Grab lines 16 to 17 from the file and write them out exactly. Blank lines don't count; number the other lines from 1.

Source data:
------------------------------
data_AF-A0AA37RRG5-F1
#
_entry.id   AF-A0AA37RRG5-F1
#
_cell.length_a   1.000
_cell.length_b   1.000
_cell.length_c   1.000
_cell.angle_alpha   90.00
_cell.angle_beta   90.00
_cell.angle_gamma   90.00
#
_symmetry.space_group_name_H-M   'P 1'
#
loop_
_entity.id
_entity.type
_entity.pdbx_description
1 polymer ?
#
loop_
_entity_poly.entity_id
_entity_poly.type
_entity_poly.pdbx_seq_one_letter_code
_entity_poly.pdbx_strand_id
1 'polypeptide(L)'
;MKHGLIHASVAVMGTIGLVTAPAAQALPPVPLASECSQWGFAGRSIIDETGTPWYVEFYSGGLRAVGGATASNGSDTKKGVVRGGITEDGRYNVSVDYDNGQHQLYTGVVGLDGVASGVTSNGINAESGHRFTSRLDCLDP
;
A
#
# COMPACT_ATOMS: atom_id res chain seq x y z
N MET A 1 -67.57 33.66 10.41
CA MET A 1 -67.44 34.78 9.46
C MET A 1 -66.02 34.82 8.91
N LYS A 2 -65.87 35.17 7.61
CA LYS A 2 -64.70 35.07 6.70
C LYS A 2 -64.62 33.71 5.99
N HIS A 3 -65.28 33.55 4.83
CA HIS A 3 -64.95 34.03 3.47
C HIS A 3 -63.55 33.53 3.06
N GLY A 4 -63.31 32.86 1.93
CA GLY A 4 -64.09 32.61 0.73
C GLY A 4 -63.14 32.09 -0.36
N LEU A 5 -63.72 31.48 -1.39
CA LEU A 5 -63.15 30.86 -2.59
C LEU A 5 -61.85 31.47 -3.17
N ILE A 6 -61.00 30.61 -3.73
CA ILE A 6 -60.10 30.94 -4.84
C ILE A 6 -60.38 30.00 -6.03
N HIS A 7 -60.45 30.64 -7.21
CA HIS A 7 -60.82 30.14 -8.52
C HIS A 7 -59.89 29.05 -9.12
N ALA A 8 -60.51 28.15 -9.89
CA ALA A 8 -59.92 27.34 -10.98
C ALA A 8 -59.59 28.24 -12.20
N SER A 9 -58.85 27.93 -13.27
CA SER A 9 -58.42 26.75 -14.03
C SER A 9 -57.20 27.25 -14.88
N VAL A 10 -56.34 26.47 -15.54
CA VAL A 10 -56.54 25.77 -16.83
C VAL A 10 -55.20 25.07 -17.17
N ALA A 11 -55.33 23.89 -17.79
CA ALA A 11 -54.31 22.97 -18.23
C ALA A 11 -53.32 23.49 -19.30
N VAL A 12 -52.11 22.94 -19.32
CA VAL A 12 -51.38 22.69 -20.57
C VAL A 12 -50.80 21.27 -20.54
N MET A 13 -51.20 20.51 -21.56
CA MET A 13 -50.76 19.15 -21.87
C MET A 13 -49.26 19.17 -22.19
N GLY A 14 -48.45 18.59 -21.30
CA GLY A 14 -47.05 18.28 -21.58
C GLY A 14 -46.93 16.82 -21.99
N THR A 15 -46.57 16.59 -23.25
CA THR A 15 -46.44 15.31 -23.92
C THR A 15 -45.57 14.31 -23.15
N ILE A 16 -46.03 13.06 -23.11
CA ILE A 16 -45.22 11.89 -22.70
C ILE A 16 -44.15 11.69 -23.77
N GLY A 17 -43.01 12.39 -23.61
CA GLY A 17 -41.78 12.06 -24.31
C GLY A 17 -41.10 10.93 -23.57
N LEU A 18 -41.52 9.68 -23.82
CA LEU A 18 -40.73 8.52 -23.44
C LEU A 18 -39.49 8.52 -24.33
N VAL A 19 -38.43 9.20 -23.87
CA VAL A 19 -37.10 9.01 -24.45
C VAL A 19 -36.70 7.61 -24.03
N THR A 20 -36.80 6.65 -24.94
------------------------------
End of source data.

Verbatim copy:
_entity.type
_entity.pdbx_description